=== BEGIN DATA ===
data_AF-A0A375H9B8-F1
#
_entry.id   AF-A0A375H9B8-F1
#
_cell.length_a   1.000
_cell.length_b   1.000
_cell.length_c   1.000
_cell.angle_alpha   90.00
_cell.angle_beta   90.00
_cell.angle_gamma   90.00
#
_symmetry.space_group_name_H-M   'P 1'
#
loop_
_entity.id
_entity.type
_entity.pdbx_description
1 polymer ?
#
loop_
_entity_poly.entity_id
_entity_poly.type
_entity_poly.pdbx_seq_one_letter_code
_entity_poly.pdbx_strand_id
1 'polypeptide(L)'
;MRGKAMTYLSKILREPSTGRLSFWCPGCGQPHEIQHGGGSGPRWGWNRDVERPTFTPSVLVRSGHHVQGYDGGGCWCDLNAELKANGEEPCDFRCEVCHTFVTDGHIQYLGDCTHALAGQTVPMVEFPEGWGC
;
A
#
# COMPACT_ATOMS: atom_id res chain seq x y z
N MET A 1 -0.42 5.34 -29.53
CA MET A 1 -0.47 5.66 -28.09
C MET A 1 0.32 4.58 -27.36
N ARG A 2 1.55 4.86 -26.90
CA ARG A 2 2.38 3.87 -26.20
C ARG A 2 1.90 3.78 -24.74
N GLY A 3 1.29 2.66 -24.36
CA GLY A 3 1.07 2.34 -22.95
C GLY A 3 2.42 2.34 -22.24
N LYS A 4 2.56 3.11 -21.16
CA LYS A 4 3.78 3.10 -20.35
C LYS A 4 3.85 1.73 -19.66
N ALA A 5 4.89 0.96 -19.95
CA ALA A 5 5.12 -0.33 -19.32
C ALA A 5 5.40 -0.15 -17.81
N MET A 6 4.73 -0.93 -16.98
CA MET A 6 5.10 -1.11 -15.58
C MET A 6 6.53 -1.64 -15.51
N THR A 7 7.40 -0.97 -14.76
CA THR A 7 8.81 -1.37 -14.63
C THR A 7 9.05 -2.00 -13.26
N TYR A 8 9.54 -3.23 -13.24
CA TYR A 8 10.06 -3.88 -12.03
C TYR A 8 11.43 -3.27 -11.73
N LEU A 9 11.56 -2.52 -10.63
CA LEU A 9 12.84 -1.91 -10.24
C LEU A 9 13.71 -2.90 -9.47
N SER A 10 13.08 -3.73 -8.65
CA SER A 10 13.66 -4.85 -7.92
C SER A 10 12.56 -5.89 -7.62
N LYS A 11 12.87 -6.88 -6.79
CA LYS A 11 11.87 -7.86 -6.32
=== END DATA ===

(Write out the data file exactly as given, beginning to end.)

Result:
data_AF-A0A375H9B8-F1
#
_entry.id   AF-A0A375H9B8-F1
#
_cell.length_a   1.000
_cell.length_b   1.000
_cell.length_c   1.000
_cell.angle_alpha   90.00
_cell.angle_beta   90.00
_cell.angle_gamma   90.00
#
_symmetry.space_group_name_H-M   'P 1'
#
loop_
_entity.id
_entity.type
_entity.pdbx_description
1 polymer ?
#
loop_
_entity_poly.entity_id
_entity_poly.type
_entity_poly.pdbx_seq_one_letter_code
_entity_poly.pdbx_strand_id
1 'polypeptide(L)'
;MRGKAMTYLSKILREPSTGRLSFWCPGCGQPHEIQHGGGSGPRWGWNRDVERPTFTPSVLVRSGHHVQGYDGGGCWCDLNAELKANGEEPCDFRCEVCHTFVTDGHIQYLGDCTHALAGQTVPMVEFPEGWGC
;
A
#
# COMPACT_ATOMS: atom_id res chain seq x y z
N MET A 1 -0.42 5.34 -29.53
CA MET A 1 -0.47 5.66 -28.09
C MET A 1 0.32 4.58 -27.36
N ARG A 2 1.55 4.86 -26.90
CA ARG A 2 2.38 3.87 -26.20
C ARG A 2 1.90 3.78 -24.74
N GLY A 3 1.29 2.66 -24.36
CA GLY A 3 1.07 2.34 -22.95
C GLY A 3 2.42 2.34 -22.24
N LYS A 4 2.56 3.11 -21.16
CA LYS A 4 3.78 3.10 -20.35
C LYS A 4 3.85 1.73 -19.66
N ALA A 5 4.89 0.96 -19.95
CA ALA A 5 5.12 -0.33 -19.32
C ALA A 5 5.40 -0.15 -17.81
N MET A 6 4.73 -0.93 -16.98
CA MET A 6 5.10 -1.11 -15.58
C MET A 6 6.53 -1.64 -15.51
N THR A 7 7.40 -0.97 -14.76
CA THR A 7 8.81 -1.37 -14.63
C THR A 7 9.05 -2.00 -13.26
N TYR A 8 9.54 -3.23 -13.24
CA TYR A 8 10.06 -3.88 -12.03
C TYR A 8 11.43 -3.27 -11.73
N LEU A 9 11.56 -2.52 -10.63
CA LEU A 9 12.84 -1.91 -10.24
C LEU A 9 13.71 -2.90 -9.47
N SER A 10 13.08 -3.73 -8.65
CA SER A 10 13.66 -4.85 -7.92
C SER A 10 12.56 -5.89 -7.62
N LYS A 11 12.87 -6.88 -6.79
CA LYS A 11 11.87 -7.86 -6.32